Bank of England (BoE) chief Andrew Bailey defended his performance before MPs, stating that there was nothing else the Bank could have done to prevent inflation from rising to double digits
In a Treasury Committee meeting yesterday, when asked whether there was anything the Bank could have done to have shaped monetary policy differently over the last year, Bailey responded saying, ‘I don’t think we could’.
Defending Threadneedle Street before an announcement tomorrow of the sharpest annual increase in interest rates for four decades, Bailey told the Committee that while he was unhappy about the level of price rises, 80% of the inflation target overshoot was caused by factors outside the Bank’s control.
The war in Ukraine, Brexit, and the Covid-19 pandemic, in particular China’s zero-Covid policy, were the three main issues highlighted by the Bank as being the cause of the spiralling rise in inflation rates with the Ukraine war being described as the ‘big one’ due to the cutting off of energy supplies from Russia.
Bailey raised his concerns about food prices stating, ‘What I’m going to sound, I guess, rather apocalyptic about is food’ adding that Ukraine’s inability to export its crops was a ‘major worry for this country’ with Ukraine being one of the biggest producers of grains including wheat, and sunflower oil.
Bailey said: ‘A sequence of shocks like this, which have come really one after another with no gaps between them, is almost unprecedented. I do see comments based on hindsight, but we have to take [monetary policy] decisions based on the facts and evidence at the time.’
The panel did clarify that monetary policy ‘can have an effect’ but there is ‘nothing policy can do about external factors’, adding that ‘interest rates can help to ensure inflation does not become embedded once these initial shocks fade’.
Bailey said: ‘It is a very, very difficult place to be. To forecast 10% inflation and to say there is not a lot we can do about it is an extremely difficult place to be. This is a bad situation to be in.’
Sir Dave Ramsden, deputy governor of the Bank of England added that Brexit was not the only thing fuelling inflation as the EU, UK and the US are all experiencing similar levels, stating that ‘it was hard to disentangle the effect of global supply constraints and Brexit on inflation’.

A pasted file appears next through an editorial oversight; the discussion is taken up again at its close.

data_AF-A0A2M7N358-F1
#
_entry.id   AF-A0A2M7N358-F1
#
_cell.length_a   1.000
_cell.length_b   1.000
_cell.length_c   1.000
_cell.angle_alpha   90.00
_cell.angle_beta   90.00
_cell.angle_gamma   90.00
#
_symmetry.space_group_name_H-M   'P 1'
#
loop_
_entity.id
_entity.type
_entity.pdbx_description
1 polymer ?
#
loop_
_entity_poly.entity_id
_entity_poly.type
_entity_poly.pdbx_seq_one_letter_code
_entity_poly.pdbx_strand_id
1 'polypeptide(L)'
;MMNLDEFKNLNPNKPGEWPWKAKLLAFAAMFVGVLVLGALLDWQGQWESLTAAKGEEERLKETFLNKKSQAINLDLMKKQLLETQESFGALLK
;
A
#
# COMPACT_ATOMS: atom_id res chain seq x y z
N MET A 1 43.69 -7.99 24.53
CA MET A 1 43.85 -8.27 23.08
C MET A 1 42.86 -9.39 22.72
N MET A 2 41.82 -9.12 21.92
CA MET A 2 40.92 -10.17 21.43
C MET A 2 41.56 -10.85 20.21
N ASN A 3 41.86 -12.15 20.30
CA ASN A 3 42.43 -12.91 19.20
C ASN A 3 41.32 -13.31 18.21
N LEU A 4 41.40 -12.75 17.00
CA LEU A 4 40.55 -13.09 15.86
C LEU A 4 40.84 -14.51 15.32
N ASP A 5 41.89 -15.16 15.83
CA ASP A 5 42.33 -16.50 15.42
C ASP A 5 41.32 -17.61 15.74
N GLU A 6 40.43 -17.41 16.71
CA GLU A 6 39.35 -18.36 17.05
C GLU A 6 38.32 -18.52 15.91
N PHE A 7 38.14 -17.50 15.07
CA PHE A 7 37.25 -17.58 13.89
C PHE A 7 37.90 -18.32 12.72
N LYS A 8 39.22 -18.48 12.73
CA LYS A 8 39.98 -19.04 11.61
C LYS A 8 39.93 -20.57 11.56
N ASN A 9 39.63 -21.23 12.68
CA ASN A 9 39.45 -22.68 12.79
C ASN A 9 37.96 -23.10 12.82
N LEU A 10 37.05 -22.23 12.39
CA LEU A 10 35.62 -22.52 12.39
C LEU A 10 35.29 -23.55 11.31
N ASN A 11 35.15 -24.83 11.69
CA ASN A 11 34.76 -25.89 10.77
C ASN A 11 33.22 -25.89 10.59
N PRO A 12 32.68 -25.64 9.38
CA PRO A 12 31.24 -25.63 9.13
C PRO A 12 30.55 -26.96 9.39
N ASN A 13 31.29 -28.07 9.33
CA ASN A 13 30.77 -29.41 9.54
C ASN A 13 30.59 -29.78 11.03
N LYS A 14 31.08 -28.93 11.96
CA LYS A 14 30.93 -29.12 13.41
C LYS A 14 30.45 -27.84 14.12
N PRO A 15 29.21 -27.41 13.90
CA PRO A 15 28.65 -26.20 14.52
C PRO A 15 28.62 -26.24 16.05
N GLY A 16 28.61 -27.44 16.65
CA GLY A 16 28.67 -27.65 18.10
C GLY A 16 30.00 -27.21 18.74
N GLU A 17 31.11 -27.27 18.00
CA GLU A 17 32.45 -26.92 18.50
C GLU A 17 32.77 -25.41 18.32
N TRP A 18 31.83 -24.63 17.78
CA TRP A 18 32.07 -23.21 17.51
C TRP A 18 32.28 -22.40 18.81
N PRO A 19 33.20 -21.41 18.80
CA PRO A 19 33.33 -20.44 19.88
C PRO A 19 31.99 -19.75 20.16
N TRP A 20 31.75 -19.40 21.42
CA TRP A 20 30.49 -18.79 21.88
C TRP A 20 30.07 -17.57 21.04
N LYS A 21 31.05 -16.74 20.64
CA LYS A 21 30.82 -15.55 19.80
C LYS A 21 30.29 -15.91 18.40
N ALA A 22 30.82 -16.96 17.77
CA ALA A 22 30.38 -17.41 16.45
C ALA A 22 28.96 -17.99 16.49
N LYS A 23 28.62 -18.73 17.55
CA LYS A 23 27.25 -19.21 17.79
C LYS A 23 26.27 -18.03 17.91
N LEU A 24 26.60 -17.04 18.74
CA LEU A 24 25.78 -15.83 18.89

However, Bailey added that the Bank had not changed its view that Brexit ‘would have a negative effect on trade’ and that ‘it would take a long time for the economy to adjust that, although it eventually would’.
Member of the Bank of England’s Monetary Policy Committee (MPC) Michael Saunders added that Brexit has become ‘less of a source of uncertainty’ since the Covid-19 pandemic which is why the Bank focused more on Covid-19 recently.
Bailey also acknowledged that the Monetary Policy Committee had changed its view about the UK labour market stating that it now believes it is ‘very tight’ which is something that it could not predict until after the government’s Covid-19 furlough scheme ended.
When asked whether rates should have been put up last year at times of labour shortages after the furlough scheme ended, Bailey added that it ‘had been a key question at the time’, however it was ‘unclear what the impact of the end of the furlough scheme would have been’ and ‘whether the people who used it would have been reabsorbed in the jobs market’.
Saunders then added that ‘even if the Bank had raised rates more aggressively last year, it’s unlikely that would have brought inflation back down to the target of 2%’.
Bailey’s appearance at the Treasury Committee has come following the aftermath of growing criticism of the Bank’s performance.
However, Bailey stated that no government minister had approached him over monetary policy or the Bank’s independence amidst all the briefings and media coverage over recent weeks.
Bailey stated that ‘the most important thing we can do is to get inflation back to target without unnecessary disruption to the economy’ and implied that the Bank would not shy away from generating a recession to do that if it was necessary.
Bailey added: ‘This is the biggest test of the monetary policy framework in 25 years. There is no question about that, we have to get [inflation] back to target and that is clear.’